Issue 3: Standards and integrity

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Standards in general are rules about how products are produced (standards for the process of production), or about specification of final products (standards for the product per se). In the case of organic agriculture, standards are about the farm management system, and are therefore process standards. Because of this it is not sufficient to test the product in a laboratory, but the whole farm system needs to be checked and certified.

Such standards serve several purposes. They:

  • prescribe to growers what is allowed and not allowed to be practised or used in growing the crop and stock, and provide details about inputs allowed or disallowed;
  • prescribe to others in the food chain, such as processors, transporters, importers and exporters, which processes and substances are allowed in the pursuit of their activities;
  • indicate to consumers how organic products are produced;
  • allow legislators and regulators to facilitate compliance through regulation.

Many stakeholders have identified the issues around the integrity of the Australian organic standards as being critically important to the future of the industry. These are therefore issues that need to be given consideration in the process of consulting on a peak body.

Central to the success of Australia’s organic industry, is the need to have a credible system of standards (development, enforcement, compliance etc) and ways to ensure that there is a system with high levels of integrity (high compliance, minimal fraud, strong consumer recognition etc). Without these outcomes, there is an erosion, or potential erosion, of trust and confidence.

Regulations pertaining to the production, import, export and sale of products claiming “organic or bio-dynamic” status are present in all three levels of Australia’s governments, as well as in case law. The treatment of organic products under Australia’s federal legislation is different depending on whether the organic products are destined for export or the domestic market. While the export of organic products is captured directly under Australia’s export legislation, organic goods produced for the domestic market and imported organic goods are captured indirectly through overarching legislation and regulation for foodstuffs.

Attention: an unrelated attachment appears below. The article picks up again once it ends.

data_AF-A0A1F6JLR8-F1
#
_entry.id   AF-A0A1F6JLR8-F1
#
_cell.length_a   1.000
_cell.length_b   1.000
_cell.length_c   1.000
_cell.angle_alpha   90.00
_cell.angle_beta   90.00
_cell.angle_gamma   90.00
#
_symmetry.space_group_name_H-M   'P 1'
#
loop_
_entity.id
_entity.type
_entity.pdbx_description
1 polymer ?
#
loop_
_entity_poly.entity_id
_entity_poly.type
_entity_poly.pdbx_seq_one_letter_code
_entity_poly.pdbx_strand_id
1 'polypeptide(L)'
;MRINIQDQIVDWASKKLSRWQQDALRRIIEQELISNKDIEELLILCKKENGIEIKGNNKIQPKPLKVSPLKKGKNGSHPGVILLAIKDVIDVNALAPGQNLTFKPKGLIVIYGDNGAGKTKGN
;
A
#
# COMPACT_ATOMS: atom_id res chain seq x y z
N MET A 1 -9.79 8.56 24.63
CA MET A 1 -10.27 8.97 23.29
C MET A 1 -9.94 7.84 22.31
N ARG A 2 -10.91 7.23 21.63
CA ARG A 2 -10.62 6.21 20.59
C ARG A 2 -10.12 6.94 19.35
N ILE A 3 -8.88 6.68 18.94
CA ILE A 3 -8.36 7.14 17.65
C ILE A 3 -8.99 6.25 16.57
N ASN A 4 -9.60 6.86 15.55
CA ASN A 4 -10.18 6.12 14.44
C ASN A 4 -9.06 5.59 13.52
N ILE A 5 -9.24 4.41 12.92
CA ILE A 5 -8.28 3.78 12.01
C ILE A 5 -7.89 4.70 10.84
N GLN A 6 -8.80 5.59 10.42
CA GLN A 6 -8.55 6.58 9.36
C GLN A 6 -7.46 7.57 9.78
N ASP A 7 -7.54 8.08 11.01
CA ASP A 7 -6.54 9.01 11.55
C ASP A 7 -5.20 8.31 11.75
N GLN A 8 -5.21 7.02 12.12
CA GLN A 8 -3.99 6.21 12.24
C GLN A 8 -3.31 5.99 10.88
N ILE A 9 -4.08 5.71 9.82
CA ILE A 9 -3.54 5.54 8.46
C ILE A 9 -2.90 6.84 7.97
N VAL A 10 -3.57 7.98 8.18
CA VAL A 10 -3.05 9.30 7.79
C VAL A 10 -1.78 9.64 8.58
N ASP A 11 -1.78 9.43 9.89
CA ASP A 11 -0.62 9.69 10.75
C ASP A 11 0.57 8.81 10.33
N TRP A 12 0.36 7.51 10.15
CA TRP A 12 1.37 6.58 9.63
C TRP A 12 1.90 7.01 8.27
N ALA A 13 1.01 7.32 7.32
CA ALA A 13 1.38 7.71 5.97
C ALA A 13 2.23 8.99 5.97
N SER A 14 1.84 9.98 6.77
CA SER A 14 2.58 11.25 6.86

There are two main standards for organics currently operating in Australia:

  • the National Standard for Organic and Biodynamic Produce, which is used as the mandatory export standard under the Export Control Act 1982; and
  • the Australian Standard for Organic and Biodynamic Products (AS 6000), which is a voluntary standard in the domestic market.

The Organic Industry Standards and Certification Council (OISCC) oversees all matters pertaining to standards and certification for the organic industry—both domestically and for export.<

In addition, there is an extensive regulatory system in place which provides guarantees in food chain integrity. For example, the current arrangements for importing food products labelled as organic or bio-dynamic into Australia allow trade to occur freely, provided that:

  • all quarantine requirements are met (Biosecurity Act 2015); and
  • all imported food safety requirements are met (Imported Food Control Act 1992); and
  • the goods are truthfully labelled (Australian Competition and Consumer Act 2010).

More detail is available in Australian Legal Framework for the Import and Export of Organic Products

Key issues

System integrity

  1. How could Australia’s standards system achieve greater integrity?
  2. Are the organic standards arrangements effective and efficient?
  3. Is another model of coordination required? Would this be a role for the new peak body or would it be better done separately?
  4. Do current arrangements for standards provide confidence for domestic consumers and businesses?

Harmonisation of standards

  1. Do current arrangements work to assist certifiers harmonise standards?
  2. Are there adequate arrangements for operators to interact, direct, or hold to account individual operators/certifiers in current framework?

Risk exposure

  1. Are current standards frameworks adequate or are they exposed to fraud, undue influence and undisclosed conflicts?


Certifiers only have the right to regulate the users of their logo . The voluntary nature of regulation of non certified operators making organic claims does not have any regulation . The ACCC only acts on large businesses ,if at all, while the integrity of the certified Organic supply chain is compromised with no oversight or penalty for those flouting the code .

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